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Cracked foundation five days after pour

Discussion in 'Residential Foundation Codes' started by Weatherlite, May 14, 2018.

  1. Mark K

    Mark K Platinum Member

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    When I hear "reputable builder" I take it with a grain of salt. It may just mean that the person saying so did not have any problems.

    Have an engineer look at the problem. As a minimum this will give you some piece of mind and might send a message to the builder to clean up his act.

    I agree that there could be problems associated with lack of a geotechnical report, poor compaction, and truck placing load on relatively green concrete. It would not surprise me if you are seeing some shrinkage cracks that are the result of putting too much water in the concrete. This may include the vertical cracks in the grade beams.

    While all concrete ultimately cracks these early cracks may be telling you something. Have an engineer look at the issue
     
  2. Pcinspector1

    Pcinspector1 Platinum Member

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    I think the concrete truck is supposed to keep track of the water added to the mix?
     
  3. mark handler

    mark handler Sawhorse

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    Then it was not properly vibrated. that is the purpose of vibrating the concrete. Proper Concrete vibration will eliminate air bubbles and voids.
     
    my250r11 and Msradell like this.
  4. Weatherlite

    Weatherlite Registered User

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    I couldn't get a picture because I was at work, but yes. there is rebar in there, not just the bolts.

    It's not virgin ground. (assuming you mean something like a plot of land I just bought with no prep for the build) It's in a subdivision which had the entire area leveled, graded, compacted, etc (I don't know the technical terms), and then they threw a few feet of topsoil on. Basically, the whole area was supposedly properly prepped. This was done about 15 years ago. I can't say for sure how they did it, but from the soil I have seen around here, they probably didn't have to bring in much to compact. You dig down 2-3 feet anywhere in this area and you may as well be digging through concrete. It's a fine volcanic soil which has pretty much solidified over the years. Anyway, for my build they stripped the topsoil leaving half on scene and hauling off the other half. The half left is for grading the overall lot after the fact. They compacted the entire area after, just to be sure it had not loosened up since it was originally done. As for test borings and soil samples, I'm having my realtor check into that.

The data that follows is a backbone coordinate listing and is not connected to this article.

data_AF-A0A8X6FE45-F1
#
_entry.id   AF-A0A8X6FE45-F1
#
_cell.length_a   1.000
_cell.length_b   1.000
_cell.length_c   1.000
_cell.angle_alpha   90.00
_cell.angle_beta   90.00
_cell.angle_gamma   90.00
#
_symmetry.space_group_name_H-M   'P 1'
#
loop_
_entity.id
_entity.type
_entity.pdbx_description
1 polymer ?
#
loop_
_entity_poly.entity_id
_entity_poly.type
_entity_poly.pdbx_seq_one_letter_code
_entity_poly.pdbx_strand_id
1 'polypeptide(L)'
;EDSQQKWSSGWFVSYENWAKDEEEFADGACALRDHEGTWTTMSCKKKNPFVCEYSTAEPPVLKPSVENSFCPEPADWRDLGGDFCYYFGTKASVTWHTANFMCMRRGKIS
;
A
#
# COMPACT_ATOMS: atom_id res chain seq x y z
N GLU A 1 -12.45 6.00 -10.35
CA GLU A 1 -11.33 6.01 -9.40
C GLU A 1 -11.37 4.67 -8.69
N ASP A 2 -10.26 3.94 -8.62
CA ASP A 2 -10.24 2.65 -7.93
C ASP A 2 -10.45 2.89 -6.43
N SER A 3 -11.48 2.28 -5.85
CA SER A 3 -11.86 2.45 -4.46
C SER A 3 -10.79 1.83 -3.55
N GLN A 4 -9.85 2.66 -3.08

5. Weatherlite

    Weatherlite Registered User

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    I forgot to state, when I quoted above, that I honestly don't know if they vibrated it or not. I was not on scene when they did the pour. I thought it looked like there were a lot of surface air "pockets" on the sides as well, but I'm not experienced. I just based my opinion on the other foundations I have seen which didn't have those pock marks.

    Sorry for my ignorance, but what is a portal hole strap?
     
  6. Weatherlite

    Weatherlite Registered User

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    Yeah, I kinda balked at saying that due to how it has been used so cavalierly in the past, but in this case it's actually true. lol There are three "big" builders in my area, as well as a bunch of smaller builders. For the smaller builders, it's hit or miss, and when you do get one, you have to pay either up front or as you go, so definitely wasn't an option for me. On the big builders, the one I opted to go with only does two houses at a time. The owner is involved with each build, so he doesn't want to spread himself too thin. The other companies are the kind that build 20-30 houses at a time with crap for quality control. The problem right now is that the owner is out of town, so I'm having to wait for him to get back to look at this. *sigh*

    In addition to whatever the builder does/who he brings in, I'm starting with an inspector to come take a look and give me his opinion. If he is iffy on it, we'll call out an engineer to make sure.